Music and the food of love — a baker and musician harnesses talents to support Ukraine

Music and the food of love — a baker and musician harnesses talents to support Ukraine
Nadiia Pryimak, a Ukrainian living in South Africa, (photographed here on 11 May 2022) has used her skills as a baker and musician to raise funds for humanitarian aid in Ukraine. (Photo: Tamsin Metelerkamp)

Motivated to help her home country in the aftermath of Russia’s invasion, Nadiia Pryimak, a Ukrainian woman living in Cape Town, has harnessed her musical and culinary skills to raise funds for people in war-torn Ukraine.

In the aftermath of the Russian invasion of Ukraine, Nadiia Pryimak, a Ukrainian living in South Africa, sought ways to assist those affected by the crisis in her home country. Through traditional Ukrainian baked goods and music, she has been able to raise funds for those displaced by the ongoing war.

Before 24 February, Pryimak did not keep up with the news or the antics of politicians, either in her home country of Ukraine or the rest of the world. Having been a resident of SA for about a decade, her focus was on closing her bakery of five years — an enterprise specialising in Ukrainian products.

The Russian invasion of Ukraine in February, however, brought about a drastic change in her outlook.

“I was not interested in politics at all at the time, and always said ‘ugh, doesn’t matter’,” said Pryimak. “But when war is coming into your home, it changes your mind completely… Now I meet people who say, ‘Ah, I’m not interested, I don’t watch it’, [and] I’m just looking at them like my mirror — [that’s] exactly me before 24 February.”

Neither Pryimak nor her family members in Ukraine anticipated the invasion. The shock she felt when it happened took over her life for about two weeks.

“The first day it was shock. It was crying. It was shaking hands, legs,” she said. “You cannot focus, you cannot do [anything], you cannot resist just shaking.

“I asked my cousin … and she sent me a video with a long line of military [personnel] on their way to their city.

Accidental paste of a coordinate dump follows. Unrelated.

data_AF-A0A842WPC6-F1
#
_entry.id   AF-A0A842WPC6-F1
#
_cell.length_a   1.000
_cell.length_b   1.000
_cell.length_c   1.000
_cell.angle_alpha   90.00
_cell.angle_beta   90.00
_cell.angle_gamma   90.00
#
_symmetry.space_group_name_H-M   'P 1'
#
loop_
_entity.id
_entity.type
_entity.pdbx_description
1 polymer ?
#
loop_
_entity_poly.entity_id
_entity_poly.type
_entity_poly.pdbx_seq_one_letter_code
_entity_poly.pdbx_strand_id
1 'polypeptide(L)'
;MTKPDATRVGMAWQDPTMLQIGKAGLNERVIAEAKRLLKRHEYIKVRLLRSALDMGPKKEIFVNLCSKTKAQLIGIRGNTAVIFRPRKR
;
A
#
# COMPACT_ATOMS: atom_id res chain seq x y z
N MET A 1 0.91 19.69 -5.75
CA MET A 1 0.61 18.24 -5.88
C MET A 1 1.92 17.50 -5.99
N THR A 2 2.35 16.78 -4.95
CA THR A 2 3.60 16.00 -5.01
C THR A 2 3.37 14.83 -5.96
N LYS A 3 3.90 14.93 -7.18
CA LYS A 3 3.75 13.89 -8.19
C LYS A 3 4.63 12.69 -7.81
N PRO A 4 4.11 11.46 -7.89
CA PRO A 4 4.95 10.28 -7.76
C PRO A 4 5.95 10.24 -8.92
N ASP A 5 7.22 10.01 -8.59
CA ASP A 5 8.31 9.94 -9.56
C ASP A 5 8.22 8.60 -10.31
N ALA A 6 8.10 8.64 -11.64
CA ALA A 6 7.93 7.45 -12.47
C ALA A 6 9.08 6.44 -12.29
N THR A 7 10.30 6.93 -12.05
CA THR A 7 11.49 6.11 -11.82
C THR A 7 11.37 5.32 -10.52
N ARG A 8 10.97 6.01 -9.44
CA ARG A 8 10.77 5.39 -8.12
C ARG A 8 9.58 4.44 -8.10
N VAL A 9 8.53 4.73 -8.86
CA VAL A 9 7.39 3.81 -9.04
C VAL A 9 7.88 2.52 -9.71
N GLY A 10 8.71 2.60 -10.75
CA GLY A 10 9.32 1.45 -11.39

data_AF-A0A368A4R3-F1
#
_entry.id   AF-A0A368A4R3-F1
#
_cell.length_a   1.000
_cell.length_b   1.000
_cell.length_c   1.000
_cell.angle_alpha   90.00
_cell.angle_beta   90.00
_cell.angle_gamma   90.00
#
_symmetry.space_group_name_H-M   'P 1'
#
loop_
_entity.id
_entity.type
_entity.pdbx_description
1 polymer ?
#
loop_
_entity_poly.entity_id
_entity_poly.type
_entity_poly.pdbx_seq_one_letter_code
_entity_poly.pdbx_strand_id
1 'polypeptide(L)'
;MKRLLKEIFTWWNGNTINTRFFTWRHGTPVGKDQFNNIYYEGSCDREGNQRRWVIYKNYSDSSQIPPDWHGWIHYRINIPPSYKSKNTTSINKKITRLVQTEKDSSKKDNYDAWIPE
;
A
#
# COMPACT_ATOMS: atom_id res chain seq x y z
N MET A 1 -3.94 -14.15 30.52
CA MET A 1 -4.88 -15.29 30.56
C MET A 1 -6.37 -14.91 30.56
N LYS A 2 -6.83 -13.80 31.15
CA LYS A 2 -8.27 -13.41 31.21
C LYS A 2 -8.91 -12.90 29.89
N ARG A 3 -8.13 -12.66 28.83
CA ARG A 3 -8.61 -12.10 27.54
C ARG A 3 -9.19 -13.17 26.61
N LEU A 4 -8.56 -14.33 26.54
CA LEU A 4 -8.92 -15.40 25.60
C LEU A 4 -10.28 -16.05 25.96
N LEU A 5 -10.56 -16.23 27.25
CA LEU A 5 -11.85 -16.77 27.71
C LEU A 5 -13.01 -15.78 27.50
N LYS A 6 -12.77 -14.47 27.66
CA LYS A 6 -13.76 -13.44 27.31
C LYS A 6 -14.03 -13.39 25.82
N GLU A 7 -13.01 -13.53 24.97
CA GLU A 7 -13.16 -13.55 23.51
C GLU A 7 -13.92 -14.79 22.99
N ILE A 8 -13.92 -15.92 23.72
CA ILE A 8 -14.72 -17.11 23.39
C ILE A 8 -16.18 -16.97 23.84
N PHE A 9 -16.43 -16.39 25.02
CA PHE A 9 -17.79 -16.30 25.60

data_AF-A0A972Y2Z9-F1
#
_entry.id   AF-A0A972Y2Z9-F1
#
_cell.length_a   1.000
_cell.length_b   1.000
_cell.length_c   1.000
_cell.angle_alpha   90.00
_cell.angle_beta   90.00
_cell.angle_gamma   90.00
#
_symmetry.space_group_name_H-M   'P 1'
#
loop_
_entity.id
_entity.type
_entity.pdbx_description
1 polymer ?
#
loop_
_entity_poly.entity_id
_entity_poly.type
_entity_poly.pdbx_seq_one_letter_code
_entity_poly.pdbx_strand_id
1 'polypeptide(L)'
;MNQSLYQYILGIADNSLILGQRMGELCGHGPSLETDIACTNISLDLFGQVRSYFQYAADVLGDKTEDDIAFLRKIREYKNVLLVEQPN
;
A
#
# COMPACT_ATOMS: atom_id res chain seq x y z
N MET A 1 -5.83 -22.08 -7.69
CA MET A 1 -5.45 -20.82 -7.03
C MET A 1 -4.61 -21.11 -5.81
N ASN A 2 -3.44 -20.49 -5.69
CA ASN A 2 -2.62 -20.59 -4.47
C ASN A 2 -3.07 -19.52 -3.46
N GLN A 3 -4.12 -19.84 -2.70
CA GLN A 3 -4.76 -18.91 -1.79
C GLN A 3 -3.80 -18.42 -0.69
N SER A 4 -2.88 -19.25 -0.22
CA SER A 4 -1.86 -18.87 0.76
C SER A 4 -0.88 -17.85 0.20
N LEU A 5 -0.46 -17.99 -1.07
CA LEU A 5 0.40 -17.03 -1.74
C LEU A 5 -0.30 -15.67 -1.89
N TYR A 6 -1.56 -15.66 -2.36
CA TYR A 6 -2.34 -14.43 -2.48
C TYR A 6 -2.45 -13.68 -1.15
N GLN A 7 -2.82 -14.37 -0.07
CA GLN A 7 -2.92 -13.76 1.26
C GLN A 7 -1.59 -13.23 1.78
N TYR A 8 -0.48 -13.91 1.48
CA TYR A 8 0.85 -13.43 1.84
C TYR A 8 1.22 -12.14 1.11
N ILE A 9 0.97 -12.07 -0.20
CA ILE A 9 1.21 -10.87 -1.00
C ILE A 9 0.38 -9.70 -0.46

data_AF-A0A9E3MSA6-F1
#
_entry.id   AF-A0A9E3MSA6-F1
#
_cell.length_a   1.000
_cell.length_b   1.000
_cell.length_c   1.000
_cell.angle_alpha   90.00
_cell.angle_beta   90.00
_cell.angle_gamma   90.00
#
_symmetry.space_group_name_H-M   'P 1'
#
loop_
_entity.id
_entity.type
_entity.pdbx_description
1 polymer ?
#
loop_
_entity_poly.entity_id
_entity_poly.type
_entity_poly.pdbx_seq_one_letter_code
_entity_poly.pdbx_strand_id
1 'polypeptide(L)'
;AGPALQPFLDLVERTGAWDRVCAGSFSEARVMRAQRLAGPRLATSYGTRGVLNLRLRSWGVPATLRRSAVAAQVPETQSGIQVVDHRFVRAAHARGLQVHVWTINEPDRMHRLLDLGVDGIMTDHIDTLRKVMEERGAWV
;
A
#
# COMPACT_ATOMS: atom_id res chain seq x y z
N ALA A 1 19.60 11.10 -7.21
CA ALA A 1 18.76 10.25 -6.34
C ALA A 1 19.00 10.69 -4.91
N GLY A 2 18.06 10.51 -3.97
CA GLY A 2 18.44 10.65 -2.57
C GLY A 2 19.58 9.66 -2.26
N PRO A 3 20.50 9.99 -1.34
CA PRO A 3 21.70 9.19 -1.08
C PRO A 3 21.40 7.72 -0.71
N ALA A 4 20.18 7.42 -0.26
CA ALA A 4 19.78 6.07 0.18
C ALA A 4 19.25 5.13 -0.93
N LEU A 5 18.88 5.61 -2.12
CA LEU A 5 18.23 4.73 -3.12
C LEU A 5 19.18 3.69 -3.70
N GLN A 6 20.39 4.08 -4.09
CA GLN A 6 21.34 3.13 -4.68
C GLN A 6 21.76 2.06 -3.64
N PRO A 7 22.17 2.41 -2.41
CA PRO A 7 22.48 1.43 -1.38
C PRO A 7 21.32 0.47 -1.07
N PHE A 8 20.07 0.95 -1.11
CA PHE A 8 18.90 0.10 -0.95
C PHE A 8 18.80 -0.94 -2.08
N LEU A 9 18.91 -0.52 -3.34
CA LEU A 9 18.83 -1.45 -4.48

“And … when I saw it [for the] first time I cried because it was very scary, it was long … with such huge rockets, with missiles.”

Pryimak’s cousin fled from Kharkiv, near the Russian border, to central Ukraine in April, while her two older sisters are living in the western part of the country.

Baking for change

In the aftermath of the invasion, Pryimak took to watching, reading and listening to the news each day.

In listening to a speech by Ukrainian president Volodymyr Zelensky in which he said he was waiting for reports on Ukraine from the country’s African ambassadors, she was motivated to find ways of supporting her war-affected country.

“I was thinking … in what way I can help. Prayers are good, yes, but Ukraine needs money; it’s much better,” said Pryimak.

The need for money in Ukraine is dire, she explained, as many residents have had to pack their whole life into one bag and leave their homes for safer areas. They are forced to build themselves up from next to nothing.

A Napoleon cake with cherries by Nadiia Pryimak

A Napoleon cake with cherries. The baked goods produced by Nadiia Pryimak are a blend of art, patience and family tradition, according to Marek Zalewski, a customer of her bakery. (Photo: Supplied/Nadiia Pryimak)

It was this need that led Pryimak to revive her bakery for the month of April.

She ran the operation from her home in Strand, Cape Town.

Pryimak’s decision to run the bakery fundraiser was a “genuine, personal, painful and heartfelt effort to help her country at a horrific time”, according to Iwona*, a Cape Town resident and customer of the bakery.